Helping without Hurting in the Sleeping Quarters of a Rescue ShelterOthers, Homelessness , Relationships
Contributed by: Chalmers Center
A story of transformation from one of our partner ministries.
When Sylvia Anderson took an interim position at Everett Gospel Mission in Northwestern Washington, she didn’t expect to still be there 20 years later. But the Lord showed her something beautiful about the opportunity to integrate her faith and work in a meaningful way. Today she serves as the CEO, where she has a front row seat to see the Lord’s faithfulness to transform her team and the community they serve.
Everett Gospel Mission (EGM) exists to engage with the community to alleviate poverty, and provides shelter to men and women from all ages and backgrounds who are struggling with homelessness.
Sylvia shared that the organization has been on a journey to correct implicit biases they had toward people in material poverty. They began to recognize that some of their poverty alleviation efforts weren’t dignifying to those they served. As Sylvia and EGM sought new ways to love the poor, their team read and discussed When Helping Hurts, and implemented Faith & Finances as part of their programs.
They began to understand mutual brokenness, that people from all backgrounds and income levels are broken and need restoration in their relationships with God, self, others, and creation. This relational framework for poverty alleviation became so integral to the heart of their work that they have equipped over 2,000 volunteers with biblically-based principles from The Chalmers Center.
Innovating a Restful Environment
One way EGM rethought their approach to poverty alleviation was in the sleeping quarters in their shelters.
Initially, they had bunk beds that could only be accessed with a ladder. Sylvia imagined herself in this position, and realized that as a woman over 55 years old, she would not want to climb to the top bunk. The risk of falling out would be a health and safety hazard. Rather than assuming that the problem was with the residents—that they should just be more careful not to fall out of the bed—they realized that out of love, they could improve the beds to accommodate their residents. As the team put Chalmers’ principles into action, truly listening to and seeking to restore dignity to their residents, they embarked on a journey to completely redesign their beds with input from everyone involved.
They partnered with Step Up Beds to design beds that have functional stairs instead of ladders, making the top bunks easier to climb into and safer. Each bed is also equipped with a charging port and lights. When Covid-19 struck, the team could see the Lord’s hand at work, as they realized that the design naturally positioned the beds 6 feet apart.
The residents have been very pleased with the beds and the privacy and comfort they provide:
“As soon as I came into the shelter, I was introduced to these beds and this space that it allows you to have. They do have privacy. I love the fact that we have these little cubby holes where you can charge your phone. It’s an amazing experience.”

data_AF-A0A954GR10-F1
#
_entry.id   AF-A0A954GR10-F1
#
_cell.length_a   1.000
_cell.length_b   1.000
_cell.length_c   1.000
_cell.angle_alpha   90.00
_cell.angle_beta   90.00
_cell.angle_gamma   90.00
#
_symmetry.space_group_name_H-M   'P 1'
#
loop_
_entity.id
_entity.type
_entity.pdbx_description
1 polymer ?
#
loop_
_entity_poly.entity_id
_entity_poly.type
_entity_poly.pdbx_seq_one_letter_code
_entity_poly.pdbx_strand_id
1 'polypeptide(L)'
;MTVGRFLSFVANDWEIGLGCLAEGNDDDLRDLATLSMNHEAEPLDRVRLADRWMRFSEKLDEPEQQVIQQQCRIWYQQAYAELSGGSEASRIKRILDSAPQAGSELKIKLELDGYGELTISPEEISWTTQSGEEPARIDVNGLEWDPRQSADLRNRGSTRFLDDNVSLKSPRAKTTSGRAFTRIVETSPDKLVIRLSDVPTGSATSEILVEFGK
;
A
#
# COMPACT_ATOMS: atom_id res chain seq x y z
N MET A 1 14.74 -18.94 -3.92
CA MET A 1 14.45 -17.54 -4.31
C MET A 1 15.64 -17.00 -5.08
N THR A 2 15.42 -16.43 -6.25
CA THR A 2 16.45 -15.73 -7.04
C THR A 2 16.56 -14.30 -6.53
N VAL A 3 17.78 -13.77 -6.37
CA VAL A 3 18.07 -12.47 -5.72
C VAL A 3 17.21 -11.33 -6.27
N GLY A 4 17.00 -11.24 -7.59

“I like that we can do a little reading before we go to sleep and I can actually be comfortable in bed. It’s long enough for my legs to comfortably lay down and sleep.”
The redesigned beds aren’t just impacting the residents at Everett Gospel Mission. Their concept is spreading to other shelters around the nation. Sylvia recently received three phone calls in just one week from other organizations who wanted to improve their beds.
Training for Transformation
In addition to redesigning their beds, the team at EGM continues to learn new ways to navigate the space between relief and development for a very vulnerable population. Through their Passport program, they offer a transitional, structured environment for people who need assistance securing employment, housing, and financial freedom. Their residents can choose to either serve at the Mission or pay a low bed fee. During their stay, they receive life skills training, as well as financial literacy through the Faith & Finances curriculum.
By God’s grace, the team has had the joy of watching many former residents get back on their feet. Sylvia recalls two women who were particularly impacted by Faith and Finances. They continue to implement the principles they learned and ensure the way they spend their money lines up with their values. To this day, if one of them has to dip into their savings account, they’ll confess to Sylvia. They will follow it up with, “but I know I can build it back up, and I’m going to,” and they always do. Sylvia is glad that in a society where there is so much shame attached to spending habits and finances, these women are free from shame and feel empowered to be better stewards of their money.
Sylvia said, “What I love about Chalmers, is it’s not about them, it’s about us. It’s about us being transformed, it’s about us being changed.” As she prepares to retire next year, she prays that she leaves a legacy of “ministry with” that continues to foster a relational approach to poverty alleviation.